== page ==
The deep notch on the Pixel 3 XL isn't a huge surprise. It was first revealed in leaked photos posted by an XDA forum user on June 6th. Some people hoped, or prayed, that it wasn't real or could somehow be fixed before the phone's release. But as more leaks trickled out, including Engadget's own sneaky peek, it became clear that the notch was frighteningly real. Today, Google revealed the phone and its smaller notch-free sibling, the Pixel 3, at a glitzy event in New York City. I can't help but feel a tad disappointed.
Google had more than a year to get this right. Essential unveiled its stunning PH-1 with a tiny circular notch in May last year. Then we had Sharp's Aquos S2 and, of course, Apple's iPhone X reveal in September. I can forgive Google for the Pixel 2 and Pixel 2 XL, as they were already so close to release, but the Pixel 3 XL? There's really no excuse. Google's latest and greatest should look better, not worse, than what came out in 2017.
Compared to this year's crop of flagships, the notch is an eyesore. The OnePlus 6, for instance, has a shallower notch and will soon be replaced by the OnePlus 6T, which reportedly has a teardrop-shaped one. There's also the Huawei P20 Pro, the Lenovo Z5 and countless mid-range offerings from Honor, Motorola and Nokia. Some companies, such as Vivo and Oppo, are slowly figuring out how to ditch the notch altogether with pop-up cameras.
There's a reason for the deep notch, of course. Both the Pixel 3 and Pixel 3 XL have dual front-firing speakers and a second forward-facing camera for capturing group selfies. These components had to go somewhere and Google must have felt they were worth the trade-off in design. Other phone manufacturers, however, have managed to balance looks with a dual selfie-cam setup. The Huawei Mate 20 Lite, for instance, has a small notch, while the HTC U12+ has slim top-and-bottom bezels. I wish Google had adopted either approach for the Pixel 3 XL, even if it meant ditching the speakers.
The Pixel 3 is a better-looking phone, in my opinion. The display bezels are a smidge too large, but they give the device a better sense of balance and, if nothing else, a place to put your fingers while watching YouTube videos.
The notch on the Pixel 3 XL isn't a deal-breaker, of course. The handset still boasts a powerful processor, stock Android (with first-in-line software updates) and, in all likelihood, one of the best smartphone cameras on the planet. I like the improved dual-tone finish on the back of the device, too. The Pixel 3 XL is a flagship phone, though, with flagship pricing. If I'm going to spend $899 on a handset ($999 for the 128GB model) I want its design to be flagship quality. The notch, I have to say, really lets it down.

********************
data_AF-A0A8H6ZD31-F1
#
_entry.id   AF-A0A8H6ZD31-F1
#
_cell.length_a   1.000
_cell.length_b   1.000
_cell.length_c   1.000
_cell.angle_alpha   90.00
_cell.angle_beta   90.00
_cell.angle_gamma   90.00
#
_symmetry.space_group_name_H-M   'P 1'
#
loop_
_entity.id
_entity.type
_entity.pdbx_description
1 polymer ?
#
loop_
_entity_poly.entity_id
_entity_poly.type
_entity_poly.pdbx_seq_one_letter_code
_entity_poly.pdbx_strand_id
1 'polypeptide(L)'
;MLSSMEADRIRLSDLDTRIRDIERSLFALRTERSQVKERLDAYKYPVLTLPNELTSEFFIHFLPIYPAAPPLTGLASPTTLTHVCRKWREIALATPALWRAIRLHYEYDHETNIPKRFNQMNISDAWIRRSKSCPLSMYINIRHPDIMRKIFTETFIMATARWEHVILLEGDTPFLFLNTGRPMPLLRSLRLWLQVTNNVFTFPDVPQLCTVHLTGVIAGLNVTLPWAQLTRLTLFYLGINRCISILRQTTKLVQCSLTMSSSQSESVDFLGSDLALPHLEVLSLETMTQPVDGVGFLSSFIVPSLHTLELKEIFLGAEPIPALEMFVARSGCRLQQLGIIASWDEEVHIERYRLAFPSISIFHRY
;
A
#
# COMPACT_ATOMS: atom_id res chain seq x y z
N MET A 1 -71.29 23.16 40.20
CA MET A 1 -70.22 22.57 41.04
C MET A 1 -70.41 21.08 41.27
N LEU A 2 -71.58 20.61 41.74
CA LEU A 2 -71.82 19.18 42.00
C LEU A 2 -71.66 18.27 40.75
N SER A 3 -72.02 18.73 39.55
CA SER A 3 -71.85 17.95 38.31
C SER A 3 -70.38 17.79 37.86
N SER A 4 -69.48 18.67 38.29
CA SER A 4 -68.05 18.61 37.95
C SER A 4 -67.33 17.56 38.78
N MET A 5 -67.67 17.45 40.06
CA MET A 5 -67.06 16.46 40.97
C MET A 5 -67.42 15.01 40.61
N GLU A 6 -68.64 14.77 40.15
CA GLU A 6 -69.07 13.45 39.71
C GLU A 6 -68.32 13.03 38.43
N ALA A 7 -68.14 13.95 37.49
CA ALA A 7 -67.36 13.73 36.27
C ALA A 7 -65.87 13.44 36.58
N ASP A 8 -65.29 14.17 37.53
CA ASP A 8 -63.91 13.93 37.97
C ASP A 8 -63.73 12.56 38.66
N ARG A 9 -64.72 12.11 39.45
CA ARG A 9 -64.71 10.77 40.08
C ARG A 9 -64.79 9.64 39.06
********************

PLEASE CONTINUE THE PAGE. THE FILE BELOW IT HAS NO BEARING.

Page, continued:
Remember the original Moto X? I loved that phone. It was flawed, undoubtedly, with a distinctly average screen, camera and processor. But it also had a distinct and alluring sense of style. It was clear that Motorola, then owned by Google, had spent a lot of time on the design. Since then, of course, Google has reorganized and sold all of Motorola, aside from its experimental ATAP division, to Lenovo. The Nexus line is no more and we have a whole bunch of Google hardware, including Chromebooks and smart speakers, vying for our cash with a consistent and generally attractive look.
It doesn't feel like Google has made much progress with its smartphone design language.
The Pixel line showed promise when it debuted in 2016. The original Pixel and Pixel XL phones, produced in partnership with HTC, had large top-and-bottom bezels and a neat dual-finish on the back. They weren't perfect but you could see the direction Google was heading in. Last year's Pixel 2, also built by HTC, had the same bezel problem (ergh) and the Pixel 2 XL, manufactured by LG, was a welcome but hardly head-turning improvement. Looking at the Pixel 3 and Pixel 3 XL, it doesn't feel like Google has made much progress with its smartphone design language.
Which is weird. Last September, Google spent $1.1 billion on the HTC team that worked on the original Pixel phones. That deal, I thought, would have made it easier for Google to execute its vision and deliver phones with groundbreaking design. I'm sure the unification has made a difference, but it's not immediately clear when you look at the company's new devices.
To be clear, the Pixel 3 XL isn't an ugly phone. It's a perfectly adequate frame for Google's software, with a notch that makes me groan every time I look at. Maybe next year we'll get something that takes our breath away.
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